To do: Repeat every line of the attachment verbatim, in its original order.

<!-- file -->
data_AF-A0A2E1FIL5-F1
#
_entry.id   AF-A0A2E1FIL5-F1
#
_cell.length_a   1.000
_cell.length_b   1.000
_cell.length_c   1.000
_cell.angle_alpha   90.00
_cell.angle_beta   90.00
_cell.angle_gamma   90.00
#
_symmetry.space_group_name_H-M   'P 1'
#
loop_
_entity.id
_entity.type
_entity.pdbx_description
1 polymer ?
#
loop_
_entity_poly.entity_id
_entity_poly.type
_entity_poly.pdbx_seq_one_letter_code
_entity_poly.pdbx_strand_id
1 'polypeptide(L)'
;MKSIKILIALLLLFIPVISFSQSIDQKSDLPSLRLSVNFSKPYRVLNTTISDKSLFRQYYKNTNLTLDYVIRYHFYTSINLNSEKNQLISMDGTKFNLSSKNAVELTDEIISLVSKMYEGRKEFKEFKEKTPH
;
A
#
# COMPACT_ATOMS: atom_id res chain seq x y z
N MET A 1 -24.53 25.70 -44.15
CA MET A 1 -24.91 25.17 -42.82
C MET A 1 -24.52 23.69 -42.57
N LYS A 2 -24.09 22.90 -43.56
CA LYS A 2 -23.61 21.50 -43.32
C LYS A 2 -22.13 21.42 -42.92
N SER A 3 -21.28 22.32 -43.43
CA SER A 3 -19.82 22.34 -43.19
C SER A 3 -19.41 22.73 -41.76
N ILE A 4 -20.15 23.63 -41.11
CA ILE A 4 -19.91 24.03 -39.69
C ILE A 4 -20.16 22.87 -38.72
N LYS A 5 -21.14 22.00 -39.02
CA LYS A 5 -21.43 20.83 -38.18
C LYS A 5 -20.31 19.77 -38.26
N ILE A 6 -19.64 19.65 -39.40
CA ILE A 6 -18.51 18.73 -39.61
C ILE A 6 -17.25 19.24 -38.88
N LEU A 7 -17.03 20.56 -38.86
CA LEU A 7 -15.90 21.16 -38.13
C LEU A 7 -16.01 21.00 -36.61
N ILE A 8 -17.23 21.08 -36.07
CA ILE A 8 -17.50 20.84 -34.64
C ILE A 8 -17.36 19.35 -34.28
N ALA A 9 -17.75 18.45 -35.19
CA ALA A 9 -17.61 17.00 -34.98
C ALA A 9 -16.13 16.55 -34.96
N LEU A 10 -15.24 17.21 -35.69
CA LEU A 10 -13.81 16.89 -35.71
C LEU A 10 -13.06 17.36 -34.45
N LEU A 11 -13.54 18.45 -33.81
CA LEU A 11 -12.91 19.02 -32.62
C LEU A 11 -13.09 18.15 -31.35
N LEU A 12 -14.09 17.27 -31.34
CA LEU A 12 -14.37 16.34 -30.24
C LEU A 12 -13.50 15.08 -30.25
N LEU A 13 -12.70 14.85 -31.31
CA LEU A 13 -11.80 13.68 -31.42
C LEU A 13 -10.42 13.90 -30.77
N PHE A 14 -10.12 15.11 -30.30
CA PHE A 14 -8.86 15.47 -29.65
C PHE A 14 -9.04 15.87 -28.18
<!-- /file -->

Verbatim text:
data_AF-A0A2E1FIL5-F1
#
_entry.id   AF-A0A2E1FIL5-F1
#
_cell.length_a   1.000
_cell.length_b   1.000
_cell.length_c   1.000
_cell.angle_alpha   90.00
_cell.angle_beta   90.00
_cell.angle_gamma   90.00
#
_symmetry.space_group_name_H-M   'P 1'
#
loop_
_entity.id
_entity.type
_entity.pdbx_description
1 polymer ?
#
loop_
_entity_poly.entity_id
_entity_poly.type
_entity_poly.pdbx_seq_one_letter_code
_entity_poly.pdbx_strand_id
1 'polypeptide(L)'
;MKSIKILIALLLLFIPVISFSQSIDQKSDLPSLRLSVNFSKPYRVLNTTISDKSLFRQYYKNTNLTLDYVIRYHFYTSINLNSEKNQLISMDGTKFNLSSKNAVELTDEIISLVSKMYEGRKEFKEFKEKTPH
;
A
#
# COMPACT_ATOMS: atom_id res chain seq x y z
N MET A 1 -24.53 25.70 -44.15
CA MET A 1 -24.91 25.17 -42.82
C MET A 1 -24.52 23.69 -42.57
N LYS A 2 -24.09 22.90 -43.56
CA LYS A 2 -23.61 21.50 -43.32
C LYS A 2 -22.13 21.42 -42.92
N SER A 3 -21.28 22.32 -43.43
CA SER A 3 -19.82 22.34 -43.19
C SER A 3 -19.41 22.73 -41.76
N ILE A 4 -20.15 23.63 -41.11
CA ILE A 4 -19.91 24.03 -39.69
C ILE A 4 -20.16 22.87 -38.72
N LYS A 5 -21.14 22.00 -39.02
CA LYS A 5 -21.43 20.83 -38.18
C LYS A 5 -20.31 19.77 -38.26
N ILE A 6 -19.64 19.65 -39.40
CA ILE A 6 -18.51 18.73 -39.61
C ILE A 6 -17.25 19.24 -38.88
N LEU A 7 -17.03 20.56 -38.86
CA LEU A 7 -15.90 21.16 -38.13
C LEU A 7 -16.01 21.00 -36.61
N ILE A 8 -17.23 21.08 -36.07
CA ILE A 8 -17.50 20.84 -34.64
C ILE A 8 -17.36 19.35 -34.28
N ALA A 9 -17.75 18.45 -35.19
CA ALA A 9 -17.61 17.00 -34.98
C ALA A 9 -16.13 16.55 -34.96
N LEU A 10 -15.24 17.21 -35.69
CA LEU A 10 -13.81 16.89 -35.71
C LEU A 10 -13.06 17.36 -34.45
N LEU A 11 -13.54 18.45 -33.81
CA LEU A 11 -12.91 19.02 -32.62
C LEU A 11 -13.09 18.15 -31.35
N LEU A 12 -14.09 17.27 -31.34
CA LEU A 12 -14.37 16.34 -30.24
C LEU A 12 -13.50 15.08 -30.25
N LEU A 13 -12.70 14.85 -31.31
CA LEU A 13 -11.80 13.68 -31.42
C LEU A 13 -10.42 13.90 -30.77
N PHE A 14 -10.12 15.11 -30.30
CA PHE A 14 -8.86 15.47 -29.65
C PHE A 14 -9.04 15.87 -28.18